The opinion of the court was delivered by: Judge Vanaskie
Clarence Jefferies, an inmate confined at the United States Penitentiary at Canaan (USP-Canaan), Waymart, Pennsylvania, filed this habeas corpus petition pursuant to 28 U.S.C. § 2241 on April 7, 2008. Named as Respondent is Ronnie R. Holt, Warden at USP-Canaan. In the petition Jefferies claims that his due process rights were violated during a prison disciplinary proceeding brought against him for Use of a Telephone for Abuses Other than Criminal Activity, in violation of Code 297, which resulted in sanctions including the loss of twenty-three (23) days of Good Conduct Time ("GCT") credit toward his federal sentence. Specifically, he alleges that (1) the Disciplinary Hearing Officer ("DHO") who conducted the hearing denied his request that a recording of the telephone conversation be produced, and (2) the institutional handbook does not properly define the term "three-way call." As relief, he seeks expungement of the disciplinary record and restoration of his GCT credits. The petition is ripe for consideration and, for the reasons that follow, will be dismissed for failure to exhaust administrative remedies.
A telephone conversation made by Jefferies on August 26, 2007, was monitored by Special Investigation Technician D. Compton. (Dkt. Entry 7, Ex. 1, Incident Report at 1.) Compton reported that Jefferies phoned a female and, during the course of the call, instructed her to "call his house on the other phone." (Id.) The female then identified the telephone number she was to dial and Jefferies acknowledged that was the correct number. At that point, the female used another telephone to reach the third party. Once connected to the third party, Jefferies relayed messages to the third party through the female he had called. (Id.) The same day Compton prepared and delivered to Jefferies an incident report charging him with the prohibited acts of Use of the Telephone for Abuses Other than Criminal Activity, a violation of Code 297. (Id.; Ex. 4, BOP Policy Statement P5270.07 at 2.)
A hearing was held in front of the Unit Disciplinary Committee ("UDC") on August 28, 2007. Id. At the hearing, Jefferies claimed that he did not know that what he did was a three-way call. The UDC thereafter referred the charges to the DHO. On August 28, 2007, Jefferies signed an "Inmate Rights at Discipline Hearing" form acknowledging that he was advised of his rights before the DHO. (Id. at 2.) He also signed a "Notice of Discipline Hearing" form and indicated that he had received notice of the hearing and wished to be represented at the hearing by Case Manager Reibsome. He further indicated that he did not wish to call any witnesses at the hearing. (Id. at 3.)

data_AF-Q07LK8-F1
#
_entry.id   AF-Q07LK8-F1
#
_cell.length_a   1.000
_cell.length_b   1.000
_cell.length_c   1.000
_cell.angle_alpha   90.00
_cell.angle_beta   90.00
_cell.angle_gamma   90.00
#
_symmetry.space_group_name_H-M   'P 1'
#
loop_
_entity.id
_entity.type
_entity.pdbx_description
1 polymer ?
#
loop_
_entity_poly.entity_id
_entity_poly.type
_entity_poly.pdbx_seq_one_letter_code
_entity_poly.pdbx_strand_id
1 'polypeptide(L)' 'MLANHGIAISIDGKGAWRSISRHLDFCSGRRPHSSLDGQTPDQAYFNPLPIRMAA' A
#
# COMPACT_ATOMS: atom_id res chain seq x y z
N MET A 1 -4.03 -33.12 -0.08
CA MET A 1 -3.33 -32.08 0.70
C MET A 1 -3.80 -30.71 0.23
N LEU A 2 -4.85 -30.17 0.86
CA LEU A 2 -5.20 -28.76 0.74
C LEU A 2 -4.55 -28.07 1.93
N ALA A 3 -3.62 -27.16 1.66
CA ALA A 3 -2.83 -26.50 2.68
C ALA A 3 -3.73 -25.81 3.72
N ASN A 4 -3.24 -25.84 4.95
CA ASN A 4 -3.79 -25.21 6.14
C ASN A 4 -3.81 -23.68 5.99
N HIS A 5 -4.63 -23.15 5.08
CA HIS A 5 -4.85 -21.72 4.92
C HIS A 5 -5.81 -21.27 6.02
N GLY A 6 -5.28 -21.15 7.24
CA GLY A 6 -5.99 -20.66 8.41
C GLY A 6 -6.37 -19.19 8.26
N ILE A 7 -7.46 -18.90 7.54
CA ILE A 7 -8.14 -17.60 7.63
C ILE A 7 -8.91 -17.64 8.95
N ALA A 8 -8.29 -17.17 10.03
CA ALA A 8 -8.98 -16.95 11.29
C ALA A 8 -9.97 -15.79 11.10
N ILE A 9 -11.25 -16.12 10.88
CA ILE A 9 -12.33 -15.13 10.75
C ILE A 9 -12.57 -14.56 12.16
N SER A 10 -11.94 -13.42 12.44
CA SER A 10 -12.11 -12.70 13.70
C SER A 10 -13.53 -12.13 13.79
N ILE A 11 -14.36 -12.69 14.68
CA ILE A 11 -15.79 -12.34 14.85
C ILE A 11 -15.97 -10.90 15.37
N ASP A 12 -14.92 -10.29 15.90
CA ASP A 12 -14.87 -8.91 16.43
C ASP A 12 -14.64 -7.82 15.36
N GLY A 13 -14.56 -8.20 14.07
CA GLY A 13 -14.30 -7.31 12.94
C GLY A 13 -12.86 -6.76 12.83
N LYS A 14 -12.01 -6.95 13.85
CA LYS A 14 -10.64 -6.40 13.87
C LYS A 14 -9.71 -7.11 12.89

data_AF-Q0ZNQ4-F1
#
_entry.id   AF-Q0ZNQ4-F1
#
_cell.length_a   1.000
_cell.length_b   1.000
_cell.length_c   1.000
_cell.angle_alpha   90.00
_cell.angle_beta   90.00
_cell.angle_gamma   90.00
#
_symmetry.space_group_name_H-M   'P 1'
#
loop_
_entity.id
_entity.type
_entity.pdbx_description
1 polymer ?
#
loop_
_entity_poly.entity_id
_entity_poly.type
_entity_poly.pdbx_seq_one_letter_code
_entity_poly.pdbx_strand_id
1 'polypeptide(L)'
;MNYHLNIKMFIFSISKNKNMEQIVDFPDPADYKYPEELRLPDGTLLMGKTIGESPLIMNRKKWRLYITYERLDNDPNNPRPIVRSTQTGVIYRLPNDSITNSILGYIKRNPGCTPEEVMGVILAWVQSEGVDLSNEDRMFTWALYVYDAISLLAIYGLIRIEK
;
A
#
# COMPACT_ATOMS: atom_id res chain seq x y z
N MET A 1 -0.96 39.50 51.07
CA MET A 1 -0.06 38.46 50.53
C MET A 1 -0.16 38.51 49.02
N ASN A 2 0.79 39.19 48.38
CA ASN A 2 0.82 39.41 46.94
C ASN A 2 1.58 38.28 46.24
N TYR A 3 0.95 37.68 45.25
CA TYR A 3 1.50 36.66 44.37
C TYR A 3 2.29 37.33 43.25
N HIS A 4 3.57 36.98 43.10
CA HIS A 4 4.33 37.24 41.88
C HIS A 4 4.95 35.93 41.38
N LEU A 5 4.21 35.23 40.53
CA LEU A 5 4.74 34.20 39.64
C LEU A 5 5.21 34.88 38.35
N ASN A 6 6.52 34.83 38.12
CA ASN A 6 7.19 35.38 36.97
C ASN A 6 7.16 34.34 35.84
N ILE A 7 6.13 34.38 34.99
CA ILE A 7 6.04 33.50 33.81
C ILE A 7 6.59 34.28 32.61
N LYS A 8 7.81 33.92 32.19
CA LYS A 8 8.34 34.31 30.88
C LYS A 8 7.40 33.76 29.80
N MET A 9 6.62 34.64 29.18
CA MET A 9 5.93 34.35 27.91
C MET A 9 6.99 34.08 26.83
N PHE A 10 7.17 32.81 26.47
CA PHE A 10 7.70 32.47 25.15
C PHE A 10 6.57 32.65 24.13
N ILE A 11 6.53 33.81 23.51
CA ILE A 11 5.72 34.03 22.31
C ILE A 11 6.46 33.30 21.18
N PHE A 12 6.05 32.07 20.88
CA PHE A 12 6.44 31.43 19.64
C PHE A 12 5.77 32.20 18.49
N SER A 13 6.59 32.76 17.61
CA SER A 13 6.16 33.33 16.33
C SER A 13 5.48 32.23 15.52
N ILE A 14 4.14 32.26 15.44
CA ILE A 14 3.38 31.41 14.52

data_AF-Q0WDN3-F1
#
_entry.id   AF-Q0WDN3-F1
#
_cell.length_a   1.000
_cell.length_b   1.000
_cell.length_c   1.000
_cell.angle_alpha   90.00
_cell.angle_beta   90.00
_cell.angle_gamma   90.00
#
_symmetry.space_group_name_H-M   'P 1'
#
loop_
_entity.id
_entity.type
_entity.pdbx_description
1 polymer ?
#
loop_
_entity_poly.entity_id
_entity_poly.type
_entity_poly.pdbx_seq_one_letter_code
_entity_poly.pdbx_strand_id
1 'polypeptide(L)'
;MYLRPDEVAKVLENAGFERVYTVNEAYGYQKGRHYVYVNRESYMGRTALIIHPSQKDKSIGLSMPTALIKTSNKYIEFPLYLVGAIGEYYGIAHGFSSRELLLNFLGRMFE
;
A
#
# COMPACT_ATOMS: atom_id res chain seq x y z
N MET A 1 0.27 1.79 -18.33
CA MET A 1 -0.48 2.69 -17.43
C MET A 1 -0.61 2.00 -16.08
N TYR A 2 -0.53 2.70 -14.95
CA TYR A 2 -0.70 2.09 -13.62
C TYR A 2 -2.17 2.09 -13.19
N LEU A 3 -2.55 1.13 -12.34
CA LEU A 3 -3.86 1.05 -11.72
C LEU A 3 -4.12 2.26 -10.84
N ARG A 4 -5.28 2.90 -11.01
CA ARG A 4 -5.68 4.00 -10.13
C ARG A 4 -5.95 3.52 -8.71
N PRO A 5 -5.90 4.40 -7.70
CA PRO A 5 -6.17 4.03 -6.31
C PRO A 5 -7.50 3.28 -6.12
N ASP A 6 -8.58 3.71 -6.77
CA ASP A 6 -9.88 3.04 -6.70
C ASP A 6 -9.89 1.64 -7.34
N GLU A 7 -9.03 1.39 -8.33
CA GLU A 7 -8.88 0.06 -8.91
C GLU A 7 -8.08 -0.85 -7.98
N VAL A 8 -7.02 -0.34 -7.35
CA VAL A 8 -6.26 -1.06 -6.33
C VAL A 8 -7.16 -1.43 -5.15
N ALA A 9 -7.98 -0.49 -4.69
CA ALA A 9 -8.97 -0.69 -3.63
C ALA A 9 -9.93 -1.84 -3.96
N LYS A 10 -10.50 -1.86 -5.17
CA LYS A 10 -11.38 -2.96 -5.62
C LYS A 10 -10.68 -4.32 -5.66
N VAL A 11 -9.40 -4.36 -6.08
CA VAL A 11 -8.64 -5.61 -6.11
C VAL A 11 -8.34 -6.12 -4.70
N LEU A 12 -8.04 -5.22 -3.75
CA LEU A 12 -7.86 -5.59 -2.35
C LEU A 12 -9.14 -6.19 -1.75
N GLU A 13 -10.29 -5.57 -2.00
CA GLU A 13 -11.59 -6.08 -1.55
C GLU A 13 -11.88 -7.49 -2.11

On September 10, 2007, a hearing was conducted before the DHO, Marc. A. Renda. Reibsome served as staff representative for Jefferies. (Dkt. Entry 7, Ex. 2 at 1, 4.) Jefferies was again advised of his rights before the DHO and acknowledged that he understood them. A request by Jefferies for the "tape" of the incident was denied by the DHO. Jefferies was informed, however, that both the DHO and Jefferies' staff representative "monitored the conversation." (Id. at 2.) At the hearing Jefferies made a statement that he did call his house and gave them a number that was on his telephone list. He further stated that had he known this was considered a three-way call, he would not have made the call. He also waived his right to call witnesses.
A report was issued by the DHO on September 17, 2007, finding that the greater weight of the evidence indicated Jefferies committed the act as charged. (Id. at 2.) In support of his decision, the DHO noted the documentary evidence he considered, such as the incident report/ investigation and the "INTRUDR" Monitor Calls Report for the date in question. (Id.) The DHO also considered the eyewitness account of the reporting officer, Jefferies' admission to the DHO that he had requested the party he called to contact another individual on another telephone, and the DHO's monitoring of the phone call and how it corroborated the eyewitness account. Also considered, but given little weight, was Jefferies' claim that the third-party number he provided was on his approved telephone list and that a similar infraction at a previous institution was expunged. The following sanctions were thereafter imposed: disallowance of 23 days of GCT; 30 days of disciplinary segregation (suspended 180 days clear conduct); loss of telephone privileges for 8 months; and the loss of telephone privileges 8 months (suspended 180 days clear conduct). (Dkt. Entry 7, Ex. 2 at 3.) Jefferies was advised of his right to appeal the DHO decision, and thereafter provided with a copy of the report on September 17, 2007.